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Sex differences in macronutrient intake and adherence to dietary recommendations: findings from the UK Biobank
  1. Elizabeth Bennett1,2,
  2. Sanne A E Peters1,
  3. Mark Woodward1,3,4
  1. 1 The George Institute for Global Health, University of Oxford, Oxford, UK
  2. 2 School of Medicine, Faculty of Medicine, Nursing and Health Sciences, Flinders University, Adelaide, South Australia, Australia
  3. 3 The George Institute for Global Health, University of New South Wales, Sydney, New South Wales, Australia
  4. 4 Department of Epidemiology, John Hopkins University, Baltimore, Maryland, USA
  1. Correspondence to Dr Sanne A E Peters; sanne.peters{at}


Objectives To characterise sex differences in macronutrient intakes and adherence to dietary recommendations in the UK Biobank population.

Design Cross-sectional population-based study.

Setting UK Biobank Resource.

Participants 210 106 (52.5% women) individuals with data on dietary behaviour.

Main outcome measures Women-to-men mean differences in nutrient intake in grams and as a percentage of energy and women-to-men ORs in non-adherence, adjusting for age, socioeconomic status and ethnicity.

Results There were sex differences in energy intake and distribution. Men had greater intakes of energy and were less likely to have energy intakes above the estimated average requirement compared with women. Small, but significant, sex differences were found in the intakes of all macronutrients. For all macronutrients, men had greater absolute intakes while women had greater intakes as a percentage of energy. Women were more likely to have intakes that exceeded recommendations for total fat, saturated fat and total sugar. Men were less likely to achieve the minimum recommended intakes for protein, polyunsaturated fat and total carbohydrate. Over 95% of men and women were non-adherent to fibre recommendations. Sex differences in dietary intakes were moderated by age and to some extent by socioeconomic status.

Conclusions There are significant sex differences in adherence to dietary recommendations, particularly for sugar. However, given the increased focus on food groups and dietary patterns for nutritional policy, these differences alone may not be sufficient for policy and health promotion. Future studies that are able to explore the sex differences in intakes of different food groups that are risk factors for diet-related diseases are warranted to improve the current understanding of the differential impact of diet on health in women and men.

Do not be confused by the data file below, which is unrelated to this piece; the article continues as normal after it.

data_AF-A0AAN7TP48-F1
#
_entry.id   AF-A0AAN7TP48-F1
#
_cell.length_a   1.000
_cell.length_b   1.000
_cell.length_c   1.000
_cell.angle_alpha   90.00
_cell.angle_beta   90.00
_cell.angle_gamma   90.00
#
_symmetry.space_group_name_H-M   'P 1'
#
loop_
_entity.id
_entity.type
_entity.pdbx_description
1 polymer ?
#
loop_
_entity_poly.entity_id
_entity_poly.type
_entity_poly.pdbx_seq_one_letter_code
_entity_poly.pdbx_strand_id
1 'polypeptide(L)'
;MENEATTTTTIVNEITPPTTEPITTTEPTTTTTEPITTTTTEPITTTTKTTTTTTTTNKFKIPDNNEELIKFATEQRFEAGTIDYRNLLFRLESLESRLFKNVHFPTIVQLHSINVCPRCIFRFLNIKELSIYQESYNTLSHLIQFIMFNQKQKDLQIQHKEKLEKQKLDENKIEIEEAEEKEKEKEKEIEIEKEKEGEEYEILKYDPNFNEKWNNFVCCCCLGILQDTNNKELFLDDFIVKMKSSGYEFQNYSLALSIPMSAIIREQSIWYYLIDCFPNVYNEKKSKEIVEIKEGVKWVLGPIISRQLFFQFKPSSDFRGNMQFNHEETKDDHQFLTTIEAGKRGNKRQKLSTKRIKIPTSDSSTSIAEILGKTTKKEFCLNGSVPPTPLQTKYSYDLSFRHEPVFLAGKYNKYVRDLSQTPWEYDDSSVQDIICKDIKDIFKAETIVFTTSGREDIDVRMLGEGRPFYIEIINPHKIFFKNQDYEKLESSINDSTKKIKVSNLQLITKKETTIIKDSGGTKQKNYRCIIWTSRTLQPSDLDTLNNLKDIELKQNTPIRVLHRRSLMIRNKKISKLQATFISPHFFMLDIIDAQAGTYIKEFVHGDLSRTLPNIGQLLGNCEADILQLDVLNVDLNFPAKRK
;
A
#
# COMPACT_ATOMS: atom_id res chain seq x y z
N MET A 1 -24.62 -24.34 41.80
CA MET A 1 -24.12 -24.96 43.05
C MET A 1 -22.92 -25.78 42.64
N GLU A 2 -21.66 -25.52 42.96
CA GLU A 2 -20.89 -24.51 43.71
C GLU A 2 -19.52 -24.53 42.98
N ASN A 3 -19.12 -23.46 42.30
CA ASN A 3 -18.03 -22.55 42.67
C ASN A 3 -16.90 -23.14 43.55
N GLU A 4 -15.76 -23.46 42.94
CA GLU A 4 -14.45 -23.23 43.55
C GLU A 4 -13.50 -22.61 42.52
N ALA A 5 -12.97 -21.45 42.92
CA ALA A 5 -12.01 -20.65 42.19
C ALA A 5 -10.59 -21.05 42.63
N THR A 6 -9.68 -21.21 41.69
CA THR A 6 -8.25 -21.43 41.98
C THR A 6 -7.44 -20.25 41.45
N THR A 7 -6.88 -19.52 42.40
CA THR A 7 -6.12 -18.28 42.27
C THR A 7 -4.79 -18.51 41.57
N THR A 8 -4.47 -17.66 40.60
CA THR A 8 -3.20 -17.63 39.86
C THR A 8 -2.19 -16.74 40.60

• epidemiology
  • risk management

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  • Contributors EB performed statistical analyses and wrote the first draft of the article. MW and SAEP conceived the research and produced the final version of the article.

  • Funding SAEP is supported by a UK Medical Research Council Skills Development Fellowship (MR/P014550/1). MW is supported by an Australian National Health and Medical Council Principal Research Fellowship.

  • Competing interests None declared.

  • Patient consent Obtained.

  • Ethics approval UK Biobank has obtained Research Tissue Bank approval from its governing research ethics committee, as recommended by the National Research Ethics Service. No separate ethics approval was required. Permission to use the UK Biobank Resource was approved by the Access Sub-Committee of the UK Biobank Board.

  • Provenance and peer review Not commissioned; externally peer reviewed.

  • Data sharing statement The UK Biobank holds the data used in this article.